Happy birthday, Mr. President! Media give Trump the gift of bad journalism that makes him look good

Nearly two-thirds of all Americans “feel exhausted by the news,” according to a new Pew Research Center study. After this past week, who could blame them?

The fallout from the G-7 summit in Canada, the summit between President Trump and North Korean dictator Kim Jong Un in Singapore, battles on immigration, and the report by the Justice Department inspector general of FBI conduct in the Hillary Clinton email investigation were just a few of the big stories of the week.

Toss in a temper tantrum by CNN staffers in the White House press room. Add in an F-bomb-tossing celebrity and it was an ideal birthday week for a president who wars with the media. President Trump turned 72 on Thursday.

The week was capped off by the Justice Department IG report about possible political bias at the FBI. It’s doubtful anyone in official Washington thought the IG would say there was bias. That would have set off more fireworks than D.C. sees on the nation’s birthday. It still came close, despite the protestations of many in the media.

Even The Washington Post wrote that the report “castigated former FBI director James B. Comey” “and found that other senior bureau officials showed a ‘willingness to take official action’ to prevent Donald Trump from becoming president.” The paper added this would all help Trump’s narrative and that “the report provides chapter upon chapter of fresh ammunition for his attacks on the FBI.”

The Post’s editorial board declared: “It is not the report President Trump wanted. But there is enough in it for him and his allies to twist and cherry-pick that its actual findings are likely to be lost in partisan noise.”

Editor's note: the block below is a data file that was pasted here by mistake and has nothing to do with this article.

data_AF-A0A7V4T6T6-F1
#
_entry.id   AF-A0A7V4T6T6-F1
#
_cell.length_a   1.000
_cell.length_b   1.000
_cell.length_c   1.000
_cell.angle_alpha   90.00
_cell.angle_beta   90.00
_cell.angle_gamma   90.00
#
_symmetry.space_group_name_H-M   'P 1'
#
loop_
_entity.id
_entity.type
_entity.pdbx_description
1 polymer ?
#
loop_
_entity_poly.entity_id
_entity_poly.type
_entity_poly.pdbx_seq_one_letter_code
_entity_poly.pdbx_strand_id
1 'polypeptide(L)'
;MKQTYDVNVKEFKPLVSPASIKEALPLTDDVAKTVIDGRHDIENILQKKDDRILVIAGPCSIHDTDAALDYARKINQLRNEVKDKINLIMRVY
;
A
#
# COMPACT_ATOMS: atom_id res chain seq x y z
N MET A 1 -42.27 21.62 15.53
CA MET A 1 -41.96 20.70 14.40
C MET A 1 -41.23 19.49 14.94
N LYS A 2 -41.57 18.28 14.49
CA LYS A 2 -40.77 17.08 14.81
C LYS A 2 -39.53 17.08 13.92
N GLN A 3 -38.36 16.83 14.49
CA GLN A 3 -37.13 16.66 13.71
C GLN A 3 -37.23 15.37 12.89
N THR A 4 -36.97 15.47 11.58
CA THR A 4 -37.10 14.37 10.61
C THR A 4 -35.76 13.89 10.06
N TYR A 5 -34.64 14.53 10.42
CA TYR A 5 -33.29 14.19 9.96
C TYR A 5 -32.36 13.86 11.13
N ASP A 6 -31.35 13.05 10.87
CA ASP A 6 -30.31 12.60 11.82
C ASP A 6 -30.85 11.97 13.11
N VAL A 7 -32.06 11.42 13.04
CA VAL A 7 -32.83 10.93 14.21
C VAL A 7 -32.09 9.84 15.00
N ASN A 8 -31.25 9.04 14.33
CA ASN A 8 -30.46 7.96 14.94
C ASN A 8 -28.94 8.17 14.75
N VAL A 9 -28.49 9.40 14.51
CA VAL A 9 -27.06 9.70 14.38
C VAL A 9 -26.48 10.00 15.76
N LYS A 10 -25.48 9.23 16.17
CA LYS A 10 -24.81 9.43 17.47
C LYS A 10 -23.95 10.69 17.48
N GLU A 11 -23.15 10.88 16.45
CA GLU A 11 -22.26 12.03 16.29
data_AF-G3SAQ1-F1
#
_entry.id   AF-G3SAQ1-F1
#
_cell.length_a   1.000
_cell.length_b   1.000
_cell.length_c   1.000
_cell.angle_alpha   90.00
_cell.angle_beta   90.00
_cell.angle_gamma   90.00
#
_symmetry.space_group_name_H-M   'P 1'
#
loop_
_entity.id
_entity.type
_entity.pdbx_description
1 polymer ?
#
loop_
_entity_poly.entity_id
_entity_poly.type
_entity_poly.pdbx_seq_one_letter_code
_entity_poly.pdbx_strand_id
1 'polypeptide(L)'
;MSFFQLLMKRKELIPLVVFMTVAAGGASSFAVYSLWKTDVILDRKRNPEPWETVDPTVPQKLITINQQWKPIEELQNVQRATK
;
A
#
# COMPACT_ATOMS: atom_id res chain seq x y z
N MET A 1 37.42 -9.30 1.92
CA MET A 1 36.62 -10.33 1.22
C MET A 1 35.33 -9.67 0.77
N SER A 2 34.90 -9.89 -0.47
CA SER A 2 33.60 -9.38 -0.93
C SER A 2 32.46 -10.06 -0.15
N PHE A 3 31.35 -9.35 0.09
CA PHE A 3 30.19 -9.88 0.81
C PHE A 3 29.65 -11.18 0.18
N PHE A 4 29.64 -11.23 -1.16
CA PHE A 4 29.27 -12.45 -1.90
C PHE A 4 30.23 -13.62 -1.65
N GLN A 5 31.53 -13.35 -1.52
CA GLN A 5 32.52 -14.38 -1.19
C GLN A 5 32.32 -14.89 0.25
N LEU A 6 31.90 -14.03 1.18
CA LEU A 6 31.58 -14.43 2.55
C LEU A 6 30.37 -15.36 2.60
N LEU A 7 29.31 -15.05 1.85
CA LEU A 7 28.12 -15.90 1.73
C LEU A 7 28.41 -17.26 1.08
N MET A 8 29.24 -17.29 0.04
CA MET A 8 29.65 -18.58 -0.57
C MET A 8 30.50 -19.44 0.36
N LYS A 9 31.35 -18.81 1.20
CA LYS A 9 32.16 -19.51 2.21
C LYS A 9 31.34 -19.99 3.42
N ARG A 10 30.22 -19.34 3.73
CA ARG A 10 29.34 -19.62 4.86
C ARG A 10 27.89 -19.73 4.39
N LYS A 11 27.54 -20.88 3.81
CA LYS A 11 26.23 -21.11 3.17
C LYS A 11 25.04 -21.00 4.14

The New York Times editorial board called the report “something of a dud.”

Then there were the hot tweets, like this one from NBC News Political Director Chuck Todd, complete with similar wording as the Post: “The cherry picking of this report is likely to only compound the credibility damage for the FBI and DOJ, even as the report itself, taken in full, is a good faith attempt to restore credibility. But political agendas are going to prevent some from providing FULL context. #sad.” Note, also, the mocking use of the Trump signature term, “sad” at the end.

Esquire’s Charles P. Pierce was already opining before he even finished reading the report, admitting: “I’ve only read a chunk of it at this point,” but declaring it an “honest report.” Then he claimed “the executive branch is lying its a-- off about the report.”

Or there’s this tweet by CNBC Editor at Large John Harwood, commenting on a Trump tweet: “Justice IG report found no evidence that Strzok’s disdain for Trump or any other improper consideration affected conduct of Clinton email investigation,” Harwood wrote.

Only Harwood was trumped by CNN Justice Reporter Laura Jarrett, who tweeted that he was wrong. “Here's the problem - it's messy. While the IG found no evidence that bias affected the *specific* investigative actions reviewed pre-July 2016, he *does not* have confidence that the delay in reviewing the Weiner laptop emails was ‘free from bias.’”

Thank Wall Street Journal Columnist Kimberley Strassel for added clarity in a tweet thread that began: “1) Don't believe anyone who claims Horowitz didn't find bias. He very carefully says that he found no "documentary" evidence that bias produced ‘specific investigatory decisions.’ That's different #IGReport.”

2. Friends with Benefits: One item from the IG report deserves special note because it directly involves journalists. “The IG expressed ‘profound concerns about the volume and extent of unauthorized media contacts by FBI personnel that we have uncovered our review,’” wrote The Daily Caller’s Joe Simonson.

He said the report “identified numerous FBI employees, at all levels of the organization and with no official reason to be in contact with the media, who were nevertheless in frequent contact with reporters.”